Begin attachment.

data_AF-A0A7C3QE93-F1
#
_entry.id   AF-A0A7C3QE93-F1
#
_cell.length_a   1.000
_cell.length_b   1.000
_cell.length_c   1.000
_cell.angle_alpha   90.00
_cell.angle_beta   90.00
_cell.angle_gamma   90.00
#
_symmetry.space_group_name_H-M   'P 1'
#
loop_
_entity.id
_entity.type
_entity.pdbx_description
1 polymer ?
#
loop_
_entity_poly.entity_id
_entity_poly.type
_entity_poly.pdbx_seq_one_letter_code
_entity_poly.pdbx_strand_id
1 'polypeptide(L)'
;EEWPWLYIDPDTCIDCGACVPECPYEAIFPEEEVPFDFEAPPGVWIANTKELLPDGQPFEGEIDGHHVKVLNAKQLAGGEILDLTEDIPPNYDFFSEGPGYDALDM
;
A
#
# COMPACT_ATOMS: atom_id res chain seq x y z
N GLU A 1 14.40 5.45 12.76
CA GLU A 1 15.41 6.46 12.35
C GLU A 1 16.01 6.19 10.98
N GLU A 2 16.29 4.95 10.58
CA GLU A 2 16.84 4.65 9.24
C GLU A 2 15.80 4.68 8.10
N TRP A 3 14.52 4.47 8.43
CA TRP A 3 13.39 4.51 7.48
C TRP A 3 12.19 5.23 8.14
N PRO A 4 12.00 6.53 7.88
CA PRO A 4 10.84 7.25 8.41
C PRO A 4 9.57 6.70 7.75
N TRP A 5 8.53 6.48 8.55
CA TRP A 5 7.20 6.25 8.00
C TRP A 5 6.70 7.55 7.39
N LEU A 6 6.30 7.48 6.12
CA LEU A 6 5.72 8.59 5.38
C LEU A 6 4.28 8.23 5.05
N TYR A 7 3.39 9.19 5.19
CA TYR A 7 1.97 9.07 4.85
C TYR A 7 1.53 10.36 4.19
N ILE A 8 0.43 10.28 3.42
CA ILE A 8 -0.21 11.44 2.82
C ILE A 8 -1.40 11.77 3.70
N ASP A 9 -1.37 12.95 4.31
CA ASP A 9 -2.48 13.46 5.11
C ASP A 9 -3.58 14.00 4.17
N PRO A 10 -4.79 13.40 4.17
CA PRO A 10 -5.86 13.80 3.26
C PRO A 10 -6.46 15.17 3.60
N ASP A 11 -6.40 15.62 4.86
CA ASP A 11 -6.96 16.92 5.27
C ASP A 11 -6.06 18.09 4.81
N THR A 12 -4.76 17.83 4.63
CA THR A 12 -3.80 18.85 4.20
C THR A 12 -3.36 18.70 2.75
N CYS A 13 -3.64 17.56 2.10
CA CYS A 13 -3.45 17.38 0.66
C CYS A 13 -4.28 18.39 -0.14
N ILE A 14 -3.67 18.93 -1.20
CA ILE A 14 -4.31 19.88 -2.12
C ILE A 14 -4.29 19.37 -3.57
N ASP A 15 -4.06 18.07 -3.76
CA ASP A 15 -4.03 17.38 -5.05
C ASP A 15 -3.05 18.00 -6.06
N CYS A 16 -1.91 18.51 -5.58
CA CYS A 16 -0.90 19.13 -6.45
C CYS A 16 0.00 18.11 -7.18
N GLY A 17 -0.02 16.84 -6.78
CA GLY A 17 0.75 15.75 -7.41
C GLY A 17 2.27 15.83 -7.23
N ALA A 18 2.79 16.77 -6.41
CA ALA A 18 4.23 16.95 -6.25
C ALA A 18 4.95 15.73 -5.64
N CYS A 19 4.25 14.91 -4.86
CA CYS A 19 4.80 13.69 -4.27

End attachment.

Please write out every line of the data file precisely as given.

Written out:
data_AF-A0A7C3QE93-F1
#
_entry.id   AF-A0A7C3QE93-F1
#
_cell.length_a   1.000
_cell.length_b   1.000
_cell.length_c   1.000
_cell.angle_alpha   90.00
_cell.angle_beta   90.00
_cell.angle_gamma   90.00
#
_symmetry.space_group_name_H-M   'P 1'
#
loop_
_entity.id
_entity.type
_entity.pdbx_description
1 polymer ?
#
loop_
_entity_poly.entity_id
_entity_poly.type
_entity_poly.pdbx_seq_one_letter_code
_entity_poly.pdbx_strand_id
1 'polypeptide(L)'
;EEWPWLYIDPDTCIDCGACVPECPYEAIFPEEEVPFDFEAPPGVWIANTKELLPDGQPFEGEIDGHHVKVLNAKQLAGGEILDLTEDIPPNYDFFSEGPGYDALDM
;
A
#
# COMPACT_ATOMS: atom_id res chain seq x y z
N GLU A 1 14.40 5.45 12.76
CA GLU A 1 15.41 6.46 12.35
C GLU A 1 16.01 6.19 10.98
N GLU A 2 16.29 4.95 10.58
CA GLU A 2 16.84 4.65 9.24
C GLU A 2 15.80 4.68 8.10
N TRP A 3 14.52 4.47 8.43
CA TRP A 3 13.39 4.51 7.48
C TRP A 3 12.19 5.23 8.14
N PRO A 4 12.00 6.53 7.88
CA PRO A 4 10.84 7.25 8.41
C PRO A 4 9.57 6.70 7.75
N TRP A 5 8.53 6.48 8.55
CA TRP A 5 7.20 6.25 8.00
C TRP A 5 6.70 7.55 7.39
N LEU A 6 6.30 7.48 6.12
CA LEU A 6 5.72 8.59 5.38
C LEU A 6 4.28 8.23 5.05
N TYR A 7 3.39 9.19 5.19
CA TYR A 7 1.97 9.07 4.85
C TYR A 7 1.53 10.36 4.19
N ILE A 8 0.43 10.28 3.42
CA ILE A 8 -0.21 11.44 2.82
C ILE A 8 -1.40 11.77 3.70
N ASP A 9 -1.37 12.95 4.31
CA ASP A 9 -2.48 13.46 5.11
C ASP A 9 -3.58 14.00 4.17
N PRO A 10 -4.79 13.40 4.17
CA PRO A 10 -5.86 13.80 3.26
C PRO A 10 -6.46 15.17 3.60
N ASP A 11 -6.40 15.62 4.86
CA ASP A 11 -6.96 16.92 5.27
C ASP A 11 -6.06 18.09 4.81
N THR A 12 -4.76 17.83 4.63
CA THR A 12 -3.80 18.85 4.20
C THR A 12 -3.36 18.70 2.75
N CYS A 13 -3.64 17.56 2.10
CA CYS A 13 -3.45 17.38 0.66
C CYS A 13 -4.28 18.39 -0.14
N ILE A 14 -3.67 18.93 -1.20
CA ILE A 14 -4.31 19.88 -2.12
C ILE A 14 -4.29 19.37 -3.57
N ASP A 15 -4.06 18.07 -3.76
CA ASP A 15 -4.03 17.38 -5.05
C ASP A 15 -3.05 18.00 -6.06
N CYS A 16 -1.91 18.51 -5.58
CA CYS A 16 -0.90 19.13 -6.45
C CYS A 16 0.00 18.11 -7.18
N GLY A 17 -0.02 16.84 -6.78
CA GLY A 17 0.75 15.75 -7.41
C GLY A 17 2.27 15.83 -7.23
N ALA A 18 2.79 16.77 -6.41
CA ALA A 18 4.23 16.95 -6.25
C ALA A 18 4.95 15.73 -5.64
N CYS A 19 4.25 14.91 -4.86
CA CYS A 19 4.80 13.69 -4.27